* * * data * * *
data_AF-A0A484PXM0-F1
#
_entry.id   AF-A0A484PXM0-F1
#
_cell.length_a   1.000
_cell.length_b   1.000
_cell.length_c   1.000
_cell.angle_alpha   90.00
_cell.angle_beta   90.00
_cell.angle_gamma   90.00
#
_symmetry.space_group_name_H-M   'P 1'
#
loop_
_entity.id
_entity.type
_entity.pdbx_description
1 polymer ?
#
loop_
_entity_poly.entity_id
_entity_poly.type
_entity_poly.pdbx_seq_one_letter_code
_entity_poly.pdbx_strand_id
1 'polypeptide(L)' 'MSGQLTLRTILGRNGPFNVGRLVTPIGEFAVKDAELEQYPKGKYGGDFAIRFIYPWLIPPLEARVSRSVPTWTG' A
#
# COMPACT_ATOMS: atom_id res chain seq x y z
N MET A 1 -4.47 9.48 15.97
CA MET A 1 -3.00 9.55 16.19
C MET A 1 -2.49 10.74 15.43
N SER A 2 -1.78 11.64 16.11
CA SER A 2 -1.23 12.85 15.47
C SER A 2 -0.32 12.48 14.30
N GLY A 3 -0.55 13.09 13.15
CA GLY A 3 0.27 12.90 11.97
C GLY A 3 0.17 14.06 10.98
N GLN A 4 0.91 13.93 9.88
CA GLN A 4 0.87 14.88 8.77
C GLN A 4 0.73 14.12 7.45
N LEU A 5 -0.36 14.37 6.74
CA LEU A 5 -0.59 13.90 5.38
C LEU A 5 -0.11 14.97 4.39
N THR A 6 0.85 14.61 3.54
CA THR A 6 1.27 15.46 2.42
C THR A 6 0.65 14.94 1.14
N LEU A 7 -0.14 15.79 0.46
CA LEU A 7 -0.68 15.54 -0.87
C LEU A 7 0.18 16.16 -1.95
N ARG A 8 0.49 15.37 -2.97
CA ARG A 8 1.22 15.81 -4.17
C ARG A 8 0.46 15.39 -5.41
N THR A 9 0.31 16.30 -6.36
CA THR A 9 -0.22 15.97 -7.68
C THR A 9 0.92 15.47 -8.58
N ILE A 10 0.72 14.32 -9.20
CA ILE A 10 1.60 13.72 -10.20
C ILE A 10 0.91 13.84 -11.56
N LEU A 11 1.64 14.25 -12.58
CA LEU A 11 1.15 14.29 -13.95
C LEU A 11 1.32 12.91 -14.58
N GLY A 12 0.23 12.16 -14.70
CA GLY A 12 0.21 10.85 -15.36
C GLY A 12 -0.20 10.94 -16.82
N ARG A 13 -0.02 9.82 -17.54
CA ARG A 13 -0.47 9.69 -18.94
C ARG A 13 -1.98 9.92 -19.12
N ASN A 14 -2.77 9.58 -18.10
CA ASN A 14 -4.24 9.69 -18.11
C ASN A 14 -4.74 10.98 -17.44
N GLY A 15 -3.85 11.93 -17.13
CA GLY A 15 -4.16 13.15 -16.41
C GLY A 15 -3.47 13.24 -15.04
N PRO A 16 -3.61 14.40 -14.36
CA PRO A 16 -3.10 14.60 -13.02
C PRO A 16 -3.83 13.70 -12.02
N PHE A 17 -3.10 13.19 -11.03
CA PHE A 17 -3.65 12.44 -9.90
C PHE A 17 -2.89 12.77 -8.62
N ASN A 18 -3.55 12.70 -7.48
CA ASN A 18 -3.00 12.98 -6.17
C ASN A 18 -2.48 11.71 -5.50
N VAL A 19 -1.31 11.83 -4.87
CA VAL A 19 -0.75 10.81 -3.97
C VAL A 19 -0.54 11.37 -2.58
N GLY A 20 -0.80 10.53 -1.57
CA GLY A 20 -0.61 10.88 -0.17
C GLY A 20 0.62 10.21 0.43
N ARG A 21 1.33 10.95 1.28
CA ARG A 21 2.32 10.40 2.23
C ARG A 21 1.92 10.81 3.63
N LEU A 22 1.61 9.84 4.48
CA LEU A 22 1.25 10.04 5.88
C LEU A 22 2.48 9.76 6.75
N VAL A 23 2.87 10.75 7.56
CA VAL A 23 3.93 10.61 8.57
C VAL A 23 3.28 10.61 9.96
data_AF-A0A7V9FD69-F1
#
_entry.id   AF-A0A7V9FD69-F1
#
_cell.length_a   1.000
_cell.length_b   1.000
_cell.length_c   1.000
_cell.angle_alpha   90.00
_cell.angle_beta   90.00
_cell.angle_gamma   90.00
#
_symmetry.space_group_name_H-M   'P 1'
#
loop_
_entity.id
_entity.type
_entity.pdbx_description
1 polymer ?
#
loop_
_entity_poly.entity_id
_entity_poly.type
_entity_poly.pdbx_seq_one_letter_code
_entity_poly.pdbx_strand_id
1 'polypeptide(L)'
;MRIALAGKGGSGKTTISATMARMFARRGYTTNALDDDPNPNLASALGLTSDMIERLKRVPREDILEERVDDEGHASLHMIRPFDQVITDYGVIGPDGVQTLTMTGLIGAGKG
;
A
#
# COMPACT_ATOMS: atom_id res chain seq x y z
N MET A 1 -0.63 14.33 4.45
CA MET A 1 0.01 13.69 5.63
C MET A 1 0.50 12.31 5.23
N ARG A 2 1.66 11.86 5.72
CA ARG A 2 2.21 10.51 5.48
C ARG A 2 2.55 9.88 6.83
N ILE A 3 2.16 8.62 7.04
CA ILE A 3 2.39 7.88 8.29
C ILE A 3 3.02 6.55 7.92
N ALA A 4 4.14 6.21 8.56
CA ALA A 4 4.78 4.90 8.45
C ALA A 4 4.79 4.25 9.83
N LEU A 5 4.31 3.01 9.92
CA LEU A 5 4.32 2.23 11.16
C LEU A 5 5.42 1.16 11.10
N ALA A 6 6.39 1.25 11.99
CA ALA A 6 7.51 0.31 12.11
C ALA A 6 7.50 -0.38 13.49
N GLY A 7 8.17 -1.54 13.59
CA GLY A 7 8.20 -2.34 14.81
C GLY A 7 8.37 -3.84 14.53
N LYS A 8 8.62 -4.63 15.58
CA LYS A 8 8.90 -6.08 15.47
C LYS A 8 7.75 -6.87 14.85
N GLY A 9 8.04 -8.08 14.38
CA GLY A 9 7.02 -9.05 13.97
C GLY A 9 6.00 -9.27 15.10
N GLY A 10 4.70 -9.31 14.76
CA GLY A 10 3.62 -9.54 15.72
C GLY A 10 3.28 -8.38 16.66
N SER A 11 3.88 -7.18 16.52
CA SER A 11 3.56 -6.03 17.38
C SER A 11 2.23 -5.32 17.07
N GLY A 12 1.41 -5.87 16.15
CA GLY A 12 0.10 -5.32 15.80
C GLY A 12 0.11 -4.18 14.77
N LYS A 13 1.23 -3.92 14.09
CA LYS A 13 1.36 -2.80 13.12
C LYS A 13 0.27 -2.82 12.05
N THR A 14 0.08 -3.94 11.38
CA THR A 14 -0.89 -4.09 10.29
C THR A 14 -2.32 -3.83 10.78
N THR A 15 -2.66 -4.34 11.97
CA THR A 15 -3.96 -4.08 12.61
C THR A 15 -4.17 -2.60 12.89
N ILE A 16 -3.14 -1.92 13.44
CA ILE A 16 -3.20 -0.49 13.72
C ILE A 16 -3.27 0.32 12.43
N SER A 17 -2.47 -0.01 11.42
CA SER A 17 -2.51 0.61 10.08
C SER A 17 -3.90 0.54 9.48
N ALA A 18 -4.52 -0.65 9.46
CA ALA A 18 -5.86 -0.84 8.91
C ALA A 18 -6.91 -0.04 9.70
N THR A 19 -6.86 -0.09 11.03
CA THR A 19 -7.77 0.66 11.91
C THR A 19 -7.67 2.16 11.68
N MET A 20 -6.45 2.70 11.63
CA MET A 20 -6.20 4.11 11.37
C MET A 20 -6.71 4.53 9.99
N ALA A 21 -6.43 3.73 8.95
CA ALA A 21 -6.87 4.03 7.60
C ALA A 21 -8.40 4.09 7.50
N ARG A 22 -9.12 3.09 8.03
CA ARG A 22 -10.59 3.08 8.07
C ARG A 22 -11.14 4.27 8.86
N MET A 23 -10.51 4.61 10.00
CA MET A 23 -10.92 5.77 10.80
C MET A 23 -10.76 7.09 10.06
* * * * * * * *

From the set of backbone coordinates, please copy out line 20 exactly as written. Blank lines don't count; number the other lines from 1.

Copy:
loop_